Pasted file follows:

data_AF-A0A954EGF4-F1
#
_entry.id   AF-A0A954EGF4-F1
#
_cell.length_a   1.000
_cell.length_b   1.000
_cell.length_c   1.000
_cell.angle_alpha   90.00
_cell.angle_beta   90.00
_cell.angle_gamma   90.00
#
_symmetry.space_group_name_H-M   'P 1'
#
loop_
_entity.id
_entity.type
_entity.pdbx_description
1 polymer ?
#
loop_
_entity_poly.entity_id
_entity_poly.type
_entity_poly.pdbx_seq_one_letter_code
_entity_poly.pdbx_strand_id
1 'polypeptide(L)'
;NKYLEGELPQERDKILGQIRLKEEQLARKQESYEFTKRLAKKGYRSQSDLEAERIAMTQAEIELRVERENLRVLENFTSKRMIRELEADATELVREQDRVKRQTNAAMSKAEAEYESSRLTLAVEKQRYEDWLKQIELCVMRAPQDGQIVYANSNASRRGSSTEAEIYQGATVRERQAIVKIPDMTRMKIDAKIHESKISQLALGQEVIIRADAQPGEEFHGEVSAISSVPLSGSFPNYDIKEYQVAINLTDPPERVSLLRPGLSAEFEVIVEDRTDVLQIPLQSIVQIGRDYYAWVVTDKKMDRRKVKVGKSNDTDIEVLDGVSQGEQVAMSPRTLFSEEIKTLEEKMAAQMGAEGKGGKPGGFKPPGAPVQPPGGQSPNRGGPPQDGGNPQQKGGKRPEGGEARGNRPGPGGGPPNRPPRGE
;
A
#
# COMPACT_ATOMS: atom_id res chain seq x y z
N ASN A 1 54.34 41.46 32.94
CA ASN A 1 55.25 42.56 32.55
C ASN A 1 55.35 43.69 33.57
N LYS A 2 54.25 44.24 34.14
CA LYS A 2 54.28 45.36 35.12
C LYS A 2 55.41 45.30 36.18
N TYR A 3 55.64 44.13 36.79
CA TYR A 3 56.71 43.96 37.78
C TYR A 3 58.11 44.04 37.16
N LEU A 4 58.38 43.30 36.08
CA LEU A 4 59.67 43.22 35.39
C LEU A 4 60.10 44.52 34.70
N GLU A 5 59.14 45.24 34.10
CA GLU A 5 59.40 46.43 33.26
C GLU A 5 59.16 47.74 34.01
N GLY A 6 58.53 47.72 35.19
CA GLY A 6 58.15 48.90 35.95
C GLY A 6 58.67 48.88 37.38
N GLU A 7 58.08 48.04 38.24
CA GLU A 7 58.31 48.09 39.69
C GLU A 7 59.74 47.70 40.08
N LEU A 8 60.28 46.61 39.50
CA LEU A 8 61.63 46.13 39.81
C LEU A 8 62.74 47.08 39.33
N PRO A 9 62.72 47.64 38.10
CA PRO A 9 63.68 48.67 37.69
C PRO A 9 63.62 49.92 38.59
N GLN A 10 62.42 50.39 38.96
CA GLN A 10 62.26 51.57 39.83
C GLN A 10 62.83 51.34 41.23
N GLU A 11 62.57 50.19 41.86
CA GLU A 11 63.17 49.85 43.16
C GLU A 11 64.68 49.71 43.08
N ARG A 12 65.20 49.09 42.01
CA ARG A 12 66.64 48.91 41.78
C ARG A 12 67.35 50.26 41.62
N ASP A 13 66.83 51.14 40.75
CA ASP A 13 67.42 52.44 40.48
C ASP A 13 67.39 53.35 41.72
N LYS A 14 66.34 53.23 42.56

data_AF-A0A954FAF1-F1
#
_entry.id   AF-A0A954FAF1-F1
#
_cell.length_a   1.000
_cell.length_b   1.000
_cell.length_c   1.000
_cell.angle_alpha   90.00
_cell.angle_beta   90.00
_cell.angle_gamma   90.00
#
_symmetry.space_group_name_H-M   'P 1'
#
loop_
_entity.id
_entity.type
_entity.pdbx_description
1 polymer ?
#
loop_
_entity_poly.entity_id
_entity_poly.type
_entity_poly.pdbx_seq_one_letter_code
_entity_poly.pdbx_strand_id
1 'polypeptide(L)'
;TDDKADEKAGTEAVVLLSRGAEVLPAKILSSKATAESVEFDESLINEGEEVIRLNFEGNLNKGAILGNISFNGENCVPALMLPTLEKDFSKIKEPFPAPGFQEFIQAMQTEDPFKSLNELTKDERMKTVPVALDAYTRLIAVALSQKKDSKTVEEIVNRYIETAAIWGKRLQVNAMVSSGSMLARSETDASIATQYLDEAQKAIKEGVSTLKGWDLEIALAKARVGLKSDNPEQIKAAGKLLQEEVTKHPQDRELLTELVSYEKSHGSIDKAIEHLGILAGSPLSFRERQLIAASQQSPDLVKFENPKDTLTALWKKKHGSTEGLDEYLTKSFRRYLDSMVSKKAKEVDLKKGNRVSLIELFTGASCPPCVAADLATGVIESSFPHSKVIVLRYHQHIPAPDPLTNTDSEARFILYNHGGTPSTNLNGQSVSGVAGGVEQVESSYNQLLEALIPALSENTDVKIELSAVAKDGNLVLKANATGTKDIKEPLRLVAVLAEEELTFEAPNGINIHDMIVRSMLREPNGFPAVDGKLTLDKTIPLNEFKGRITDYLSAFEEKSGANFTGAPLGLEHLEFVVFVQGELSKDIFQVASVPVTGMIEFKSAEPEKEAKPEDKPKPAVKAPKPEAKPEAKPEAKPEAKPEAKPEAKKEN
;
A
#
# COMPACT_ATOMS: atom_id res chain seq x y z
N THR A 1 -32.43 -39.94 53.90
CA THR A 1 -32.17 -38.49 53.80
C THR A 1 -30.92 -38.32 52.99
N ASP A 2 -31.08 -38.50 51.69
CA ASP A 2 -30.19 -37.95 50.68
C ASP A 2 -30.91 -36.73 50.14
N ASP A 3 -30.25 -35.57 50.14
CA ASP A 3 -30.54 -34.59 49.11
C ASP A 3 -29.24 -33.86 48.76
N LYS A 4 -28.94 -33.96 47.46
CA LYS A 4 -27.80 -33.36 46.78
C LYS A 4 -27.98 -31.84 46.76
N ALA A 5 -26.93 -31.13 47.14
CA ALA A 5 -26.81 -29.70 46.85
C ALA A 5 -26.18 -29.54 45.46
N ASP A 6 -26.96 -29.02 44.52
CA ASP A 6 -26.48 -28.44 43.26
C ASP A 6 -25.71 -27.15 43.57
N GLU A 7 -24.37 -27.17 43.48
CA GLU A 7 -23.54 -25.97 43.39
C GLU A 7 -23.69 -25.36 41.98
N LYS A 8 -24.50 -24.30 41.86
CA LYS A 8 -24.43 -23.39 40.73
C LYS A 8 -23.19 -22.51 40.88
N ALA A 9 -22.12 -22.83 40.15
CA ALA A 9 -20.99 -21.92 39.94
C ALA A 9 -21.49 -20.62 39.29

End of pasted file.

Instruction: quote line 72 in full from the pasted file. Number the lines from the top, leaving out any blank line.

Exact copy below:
#